Keep in mind that everyone is different, and you may not experience the same benefits.

5. A standing desk

When I had an office job, I requested a standing desk. I told my manager about my AS and explained why I needed to have an adjustable desk. If I sit all day long, I’ll feel stiff.

Sitting can be the enemy for people with AS. Having a standing desk offers me much more mobility and flexibility. I can keep my neck up straight instead of in a locked, downward position. Being able to either sit or stand at my desk allowed me to enjoy many pain-free days while at that job.

6. Electric blanket

Heat helps to relieve the radiating pain and stiffness of AS. An electric blanket is a great tool because it covers your whole body and is very soothing.

Also, placing a hot water bottle against your lower back can do wonders for any localized pain or stiffness. Sometimes I bring a hot water bottle with me on trips, in addition to my travel pillow.

7. Sunglasses

During my early AS days, I developed chronic anterior uveitis (inflammation of the uvea). This is a common complication of AS. It causes horrific pain, redness, swelling, light sensitivity, and floaters in your vision. It can also impair your vision. If you don’t seek treatment quickly, it can have long-term effects on your ability to see.

Light sensitivity was by far the worst part of uveitis for me. I started to wear tinted glasses that are specifically made for people with light sensitivity. Also, a visor can help protect you from the sun’s light when you’re outdoors.

8. Podcasts and audiobooks

Listening to a podcast or audiobook is a great way to learn about self-care. It can also be a good distraction. When I’m really exhausted, I like to put on a podcast and do some light, gentle stretches.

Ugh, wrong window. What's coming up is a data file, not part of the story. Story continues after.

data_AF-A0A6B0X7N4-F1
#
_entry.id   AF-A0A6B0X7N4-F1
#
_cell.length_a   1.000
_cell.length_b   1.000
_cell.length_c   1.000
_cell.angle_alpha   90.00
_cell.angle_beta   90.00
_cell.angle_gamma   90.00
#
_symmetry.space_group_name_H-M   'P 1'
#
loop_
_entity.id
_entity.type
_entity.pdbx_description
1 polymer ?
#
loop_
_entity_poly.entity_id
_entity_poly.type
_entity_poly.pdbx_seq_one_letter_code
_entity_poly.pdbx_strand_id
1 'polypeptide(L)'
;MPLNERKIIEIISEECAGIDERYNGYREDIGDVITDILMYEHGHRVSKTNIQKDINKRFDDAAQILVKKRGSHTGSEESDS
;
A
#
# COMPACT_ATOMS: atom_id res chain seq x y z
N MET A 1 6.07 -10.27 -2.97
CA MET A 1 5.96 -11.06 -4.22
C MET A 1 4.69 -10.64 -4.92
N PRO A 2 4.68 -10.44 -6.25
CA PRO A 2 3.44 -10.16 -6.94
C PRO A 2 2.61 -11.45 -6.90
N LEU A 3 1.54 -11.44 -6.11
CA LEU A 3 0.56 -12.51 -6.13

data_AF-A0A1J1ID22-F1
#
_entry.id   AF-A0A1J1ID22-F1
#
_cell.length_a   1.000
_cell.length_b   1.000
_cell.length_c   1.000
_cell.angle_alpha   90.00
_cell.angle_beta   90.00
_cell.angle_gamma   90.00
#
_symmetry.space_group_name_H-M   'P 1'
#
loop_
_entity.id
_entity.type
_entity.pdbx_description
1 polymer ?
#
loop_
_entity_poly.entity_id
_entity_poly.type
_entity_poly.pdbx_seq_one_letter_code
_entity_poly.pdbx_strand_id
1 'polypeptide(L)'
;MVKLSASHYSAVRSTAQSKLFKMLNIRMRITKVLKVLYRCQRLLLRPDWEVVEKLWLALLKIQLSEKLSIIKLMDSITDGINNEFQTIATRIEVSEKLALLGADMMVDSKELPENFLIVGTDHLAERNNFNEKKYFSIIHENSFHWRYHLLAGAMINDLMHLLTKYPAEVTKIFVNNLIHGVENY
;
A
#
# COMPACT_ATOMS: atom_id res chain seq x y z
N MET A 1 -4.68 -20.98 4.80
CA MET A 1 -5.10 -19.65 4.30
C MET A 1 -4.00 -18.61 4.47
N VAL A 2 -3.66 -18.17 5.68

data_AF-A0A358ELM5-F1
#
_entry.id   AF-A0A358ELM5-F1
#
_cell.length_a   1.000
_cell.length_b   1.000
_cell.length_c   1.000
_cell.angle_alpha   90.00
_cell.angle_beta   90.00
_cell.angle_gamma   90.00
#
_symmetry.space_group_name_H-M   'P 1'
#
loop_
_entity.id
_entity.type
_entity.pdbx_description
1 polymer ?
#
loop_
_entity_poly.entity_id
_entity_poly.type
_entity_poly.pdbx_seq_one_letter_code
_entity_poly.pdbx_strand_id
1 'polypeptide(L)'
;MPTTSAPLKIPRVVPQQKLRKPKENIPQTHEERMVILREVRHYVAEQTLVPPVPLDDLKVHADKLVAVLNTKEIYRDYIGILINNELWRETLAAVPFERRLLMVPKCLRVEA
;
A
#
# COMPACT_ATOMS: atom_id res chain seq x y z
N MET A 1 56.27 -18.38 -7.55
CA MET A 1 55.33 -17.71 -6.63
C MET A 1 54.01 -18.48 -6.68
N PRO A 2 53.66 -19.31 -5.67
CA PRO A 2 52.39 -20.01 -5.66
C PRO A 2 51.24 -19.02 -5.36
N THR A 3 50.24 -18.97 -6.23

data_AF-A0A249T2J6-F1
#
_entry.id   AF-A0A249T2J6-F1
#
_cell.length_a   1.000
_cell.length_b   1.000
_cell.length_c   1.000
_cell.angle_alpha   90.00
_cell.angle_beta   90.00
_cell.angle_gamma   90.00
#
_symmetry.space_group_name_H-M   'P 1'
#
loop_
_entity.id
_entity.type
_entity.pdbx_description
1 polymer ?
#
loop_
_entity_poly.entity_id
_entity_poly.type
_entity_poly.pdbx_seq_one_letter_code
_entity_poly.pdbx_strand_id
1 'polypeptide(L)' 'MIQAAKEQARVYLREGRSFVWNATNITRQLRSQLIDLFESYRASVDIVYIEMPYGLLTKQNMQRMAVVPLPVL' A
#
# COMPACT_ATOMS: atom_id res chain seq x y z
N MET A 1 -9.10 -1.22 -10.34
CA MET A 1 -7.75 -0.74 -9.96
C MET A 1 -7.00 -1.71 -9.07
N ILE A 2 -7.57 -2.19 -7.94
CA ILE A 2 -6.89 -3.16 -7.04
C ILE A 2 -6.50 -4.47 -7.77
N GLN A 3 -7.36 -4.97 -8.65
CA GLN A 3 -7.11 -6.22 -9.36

Just the simple act of listening can really help me de-stress (your stress levels can have a real impact on AS symptoms). There are many podcasts about AS for people who want to learn more about the disease. Just type “ankylosing spondylitis” into your podcast app’s search bar and tune in!

Takeaway

There are many helpful tools and devices available for people with AS. Since the condition affects everyone differently, it’s important to find what works for you.

The Spondylitis Association of America (SAA) is a great resource for anyone looking to find more information about the disease or where to find support.

No matter what your AS story is, you deserve a joyful, pain-free life. Having a few helpful devices around can make everyday tasks much easier to carry out. For me, the above tools make all the difference in how I’m feeling and really help me manage my condition.


Lisa Marie Basile is a poet, the author of “Light Magic for Dark Times,” and the founding editor of Luna Luna Magazine. She writes about wellness, trauma recovery, grief, chronic illness, and intentional living. Her work can be found in The New York Times and Sabat Magazine, as well as on Narratively, Healthline, and more. Find her on lisamariebasile.com, as well as Instagram and Twitter.